MyJan
The days with multiple runs were generally where I’d merged a couple of runs

Once I got used to it, it wasn’t hard to find time for a run. By running, say to the pool or the gym, I found a way of getting in a run without really losing any time (and sometimes it was even quicker to run!).

On other days I would just pop out to Park Praski or run along the river.
On the weekends I generally did some longer runs while during the week I’d keep them shorter, as much for practical reasons as to ensure I didn’t overdo things.
Was it hard to find time?

Generally this wasn’t a big problem. It just required some planning. Using running as a form of commuting was a great way of fitting a run into my schedule. I found it a bit more difficult when travelling, and one day had to stop at a service station in England and run in the muddy fields around there.

What did I enjoy most?
Discovering the fun of running from A to B, doing a lot of runs along the river and running with friends. Also it was nice seeing and supporting (either in person or virtually) other friends who were also doing this challenge, even if, like Andy, they were on the other side of the world. I found it motivating knowing that other people were doing this too.
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I did a lot of running along the river in the snow ๐Ÿ™‚
What did I find hard?
Running the day after a long training run (20+km) was tough on the legs, I felt the lack of freshness and my legs were still slightly sore most of the time. Luckily I felt no major discomfort, although my right hip was sore at times and I felt some pain in my right shin on longer runs. I have a hunch this is due to my running style and this is something I want to look at over the next few months.

What advice do I have for anyone thinking of trying a challenge of this kind?
Remember it’s not about how fast or how far you run! It’s good, and important, to just do some short, easy runs from time to time. Sometimes I just popped out for a gentle 10 min run, especially after some tough training the day before.

What next?
This month I want to look into my running technique and work out a rough training plan for Run Wisla. I also want to investigate nutrition to find out what I should be eating before and during the runs.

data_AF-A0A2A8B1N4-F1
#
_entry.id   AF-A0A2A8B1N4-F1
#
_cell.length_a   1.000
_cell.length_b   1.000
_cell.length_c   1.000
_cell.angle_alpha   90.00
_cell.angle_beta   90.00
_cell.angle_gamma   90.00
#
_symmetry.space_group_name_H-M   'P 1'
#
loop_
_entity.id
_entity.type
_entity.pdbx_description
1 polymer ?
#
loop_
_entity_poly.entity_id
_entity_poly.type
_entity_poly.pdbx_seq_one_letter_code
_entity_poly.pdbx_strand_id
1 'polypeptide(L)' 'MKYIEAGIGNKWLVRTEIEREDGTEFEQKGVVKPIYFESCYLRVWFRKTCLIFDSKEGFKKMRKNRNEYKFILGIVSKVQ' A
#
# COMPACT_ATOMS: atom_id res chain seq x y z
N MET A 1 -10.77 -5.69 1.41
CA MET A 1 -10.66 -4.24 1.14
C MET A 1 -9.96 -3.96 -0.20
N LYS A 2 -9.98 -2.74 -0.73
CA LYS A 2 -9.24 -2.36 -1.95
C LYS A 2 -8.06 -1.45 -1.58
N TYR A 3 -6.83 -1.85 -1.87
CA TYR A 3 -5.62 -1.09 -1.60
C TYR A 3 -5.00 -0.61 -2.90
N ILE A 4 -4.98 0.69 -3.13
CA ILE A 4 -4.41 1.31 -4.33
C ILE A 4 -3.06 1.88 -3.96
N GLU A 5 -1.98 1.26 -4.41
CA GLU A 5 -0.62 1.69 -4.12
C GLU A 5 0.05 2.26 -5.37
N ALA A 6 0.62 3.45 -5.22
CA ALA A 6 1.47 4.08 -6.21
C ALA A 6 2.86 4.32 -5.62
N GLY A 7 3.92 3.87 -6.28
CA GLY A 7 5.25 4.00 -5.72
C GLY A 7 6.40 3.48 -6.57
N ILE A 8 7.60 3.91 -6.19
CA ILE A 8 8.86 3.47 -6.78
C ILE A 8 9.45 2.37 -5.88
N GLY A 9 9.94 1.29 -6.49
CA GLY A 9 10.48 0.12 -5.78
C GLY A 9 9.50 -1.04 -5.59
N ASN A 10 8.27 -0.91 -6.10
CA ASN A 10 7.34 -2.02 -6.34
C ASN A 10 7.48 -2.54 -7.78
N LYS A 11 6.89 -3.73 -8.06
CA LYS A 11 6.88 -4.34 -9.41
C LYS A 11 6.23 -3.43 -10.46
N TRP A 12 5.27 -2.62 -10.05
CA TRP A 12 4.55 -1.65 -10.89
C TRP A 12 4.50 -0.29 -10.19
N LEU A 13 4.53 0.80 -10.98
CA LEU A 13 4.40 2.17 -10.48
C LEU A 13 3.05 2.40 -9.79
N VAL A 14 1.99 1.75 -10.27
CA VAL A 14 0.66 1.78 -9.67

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Some impressive stats for Run January!

It’s been a good start to the year, now I need to keep it up ๐Ÿ™‚

Run Wisล‚a

2015 really has been an incredible year… When I look back on it, it’s hard to believe that managed to fit so much in! My personal highlights would have to be Malbork, the Bloody Loop and the Gdynia 1/2 IM.

Over the last few months, maybe half a year in fact, I’ve been thinking about what to do next. I think it’s very easy to lose motivation after the kind of year I had, so I wanted to set a different kind of challenge. At one point I had this crazy idea of running all the way from Warsaw to Bournemouth, but after a few inebriated chats with Andy, who was also interested in doing a running challenge, we came across an even better idea that just feels right.

As we both live in Poland, we thought, why not run the length of the Vistula river (the Wisล‚a in Polish), which is the iconic river in our adopted country. Sounds great, doesn’t it? Following the river will allow us to see some beautiful parts of the country and get to know Poland better.

After sobering up it turned out that the river is 1047km long (or 650 miles), which to be honest is a bit further than I thought ๐Ÿ˜‰

BUT WHY, I hear you screaming!??

Reason no 1 is because it’s going to be a huge challenge and adventure ๐Ÿ™‚

The river is one of the best places to run in Warsaw, and with WITC we often go running there. There’s this great trail that runs along the river, right in the middle of the city, which means you can be stood in this small woods and look across the river to the old town and the city centre. It’s also quite a wild river and from what I’ve seen is very natural and beautiful. We’re both excited about getting to see this up close and sharing it with others, and that’s reason no. 2 ๐Ÿ™‚